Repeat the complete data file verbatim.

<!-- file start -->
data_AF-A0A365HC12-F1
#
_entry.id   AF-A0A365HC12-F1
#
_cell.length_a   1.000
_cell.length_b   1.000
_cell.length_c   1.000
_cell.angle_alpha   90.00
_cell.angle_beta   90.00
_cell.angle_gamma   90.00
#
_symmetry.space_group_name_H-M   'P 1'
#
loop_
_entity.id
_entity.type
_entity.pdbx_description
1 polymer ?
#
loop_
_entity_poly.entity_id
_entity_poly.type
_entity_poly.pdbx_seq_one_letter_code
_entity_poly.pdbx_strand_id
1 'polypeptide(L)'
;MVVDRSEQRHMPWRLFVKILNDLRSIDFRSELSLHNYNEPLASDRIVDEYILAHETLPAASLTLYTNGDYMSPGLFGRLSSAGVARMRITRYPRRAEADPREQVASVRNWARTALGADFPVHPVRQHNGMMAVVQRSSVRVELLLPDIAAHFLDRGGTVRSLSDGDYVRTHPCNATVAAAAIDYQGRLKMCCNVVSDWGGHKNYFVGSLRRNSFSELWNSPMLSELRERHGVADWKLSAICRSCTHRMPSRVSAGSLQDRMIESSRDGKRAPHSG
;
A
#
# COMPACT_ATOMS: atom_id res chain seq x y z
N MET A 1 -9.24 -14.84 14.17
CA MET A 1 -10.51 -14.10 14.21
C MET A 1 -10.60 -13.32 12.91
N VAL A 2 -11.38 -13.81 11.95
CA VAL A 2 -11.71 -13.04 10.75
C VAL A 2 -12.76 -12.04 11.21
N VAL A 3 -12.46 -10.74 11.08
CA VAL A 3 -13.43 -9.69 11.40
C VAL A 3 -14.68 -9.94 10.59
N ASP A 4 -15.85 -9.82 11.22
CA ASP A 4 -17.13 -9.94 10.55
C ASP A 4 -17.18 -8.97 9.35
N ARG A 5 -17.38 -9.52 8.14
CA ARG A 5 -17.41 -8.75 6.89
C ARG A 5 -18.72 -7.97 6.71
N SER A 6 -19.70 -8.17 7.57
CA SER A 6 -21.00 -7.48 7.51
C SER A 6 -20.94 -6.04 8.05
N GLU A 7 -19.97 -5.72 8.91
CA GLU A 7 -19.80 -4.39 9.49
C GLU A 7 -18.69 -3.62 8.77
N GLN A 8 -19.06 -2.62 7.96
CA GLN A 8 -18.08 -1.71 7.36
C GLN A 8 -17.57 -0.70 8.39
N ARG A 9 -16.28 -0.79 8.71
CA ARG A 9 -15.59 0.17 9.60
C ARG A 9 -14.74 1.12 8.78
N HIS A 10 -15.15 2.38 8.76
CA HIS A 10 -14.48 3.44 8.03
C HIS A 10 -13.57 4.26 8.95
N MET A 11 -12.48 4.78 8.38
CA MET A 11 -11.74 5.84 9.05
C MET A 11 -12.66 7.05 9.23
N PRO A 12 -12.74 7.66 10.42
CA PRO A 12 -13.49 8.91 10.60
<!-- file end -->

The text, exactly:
data_AF-A0A365HC12-F1
#
_entry.id   AF-A0A365HC12-F1
#
_cell.length_a   1.000
_cell.length_b   1.000
_cell.length_c   1.000
_cell.angle_alpha   90.00
_cell.angle_beta   90.00
_cell.angle_gamma   90.00
#
_symmetry.space_group_name_H-M   'P 1'
#
loop_
_entity.id
_entity.type
_entity.pdbx_description
1 polymer ?
#
loop_
_entity_poly.entity_id
_entity_poly.type
_entity_poly.pdbx_seq_one_letter_code
_entity_poly.pdbx_strand_id
1 'polypeptide(L)'
;MVVDRSEQRHMPWRLFVKILNDLRSIDFRSELSLHNYNEPLASDRIVDEYILAHETLPAASLTLYTNGDYMSPGLFGRLSSAGVARMRITRYPRRAEADPREQVASVRNWARTALGADFPVHPVRQHNGMMAVVQRSSVRVELLLPDIAAHFLDRGGTVRSLSDGDYVRTHPCNATVAAAAIDYQGRLKMCCNVVSDWGGHKNYFVGSLRRNSFSELWNSPMLSELRERHGVADWKLSAICRSCTHRMPSRVSAGSLQDRMIESSRDGKRAPHSG
;
A
#
# COMPACT_ATOMS: atom_id res chain seq x y z
N MET A 1 -9.24 -14.84 14.17
CA MET A 1 -10.51 -14.10 14.21
C MET A 1 -10.60 -13.32 12.91
N VAL A 2 -11.38 -13.81 11.95
CA VAL A 2 -11.71 -13.04 10.75
C VAL A 2 -12.76 -12.04 11.21
N VAL A 3 -12.46 -10.74 11.08
CA VAL A 3 -13.43 -9.69 11.40
C VAL A 3 -14.68 -9.94 10.59
N ASP A 4 -15.85 -9.82 11.22
CA ASP A 4 -17.13 -9.94 10.55
C ASP A 4 -17.18 -8.97 9.35
N ARG A 5 -17.38 -9.52 8.14
CA ARG A 5 -17.41 -8.75 6.89
C ARG A 5 -18.72 -7.97 6.71
N SER A 6 -19.70 -8.17 7.57
CA SER A 6 -21.00 -7.48 7.51
C SER A 6 -20.94 -6.04 8.05
N GLU A 7 -19.97 -5.72 8.91
CA GLU A 7 -19.80 -4.39 9.49
C GLU A 7 -18.69 -3.62 8.77
N GLN A 8 -19.06 -2.62 7.96
CA GLN A 8 -18.08 -1.71 7.36
C GLN A 8 -17.57 -0.70 8.39
N ARG A 9 -16.28 -0.79 8.71
CA ARG A 9 -15.59 0.17 9.60
C ARG A 9 -14.74 1.12 8.78
N HIS A 10 -15.15 2.38 8.76
CA HIS A 10 -14.48 3.44 8.03
C HIS A 10 -13.57 4.26 8.95
N MET A 11 -12.48 4.78 8.38
CA MET A 11 -11.74 5.84 9.05
C MET A 11 -12.66 7.05 9.23
N PRO A 12 -12.74 7.66 10.42
CA PRO A 12 -13.49 8.91 10.60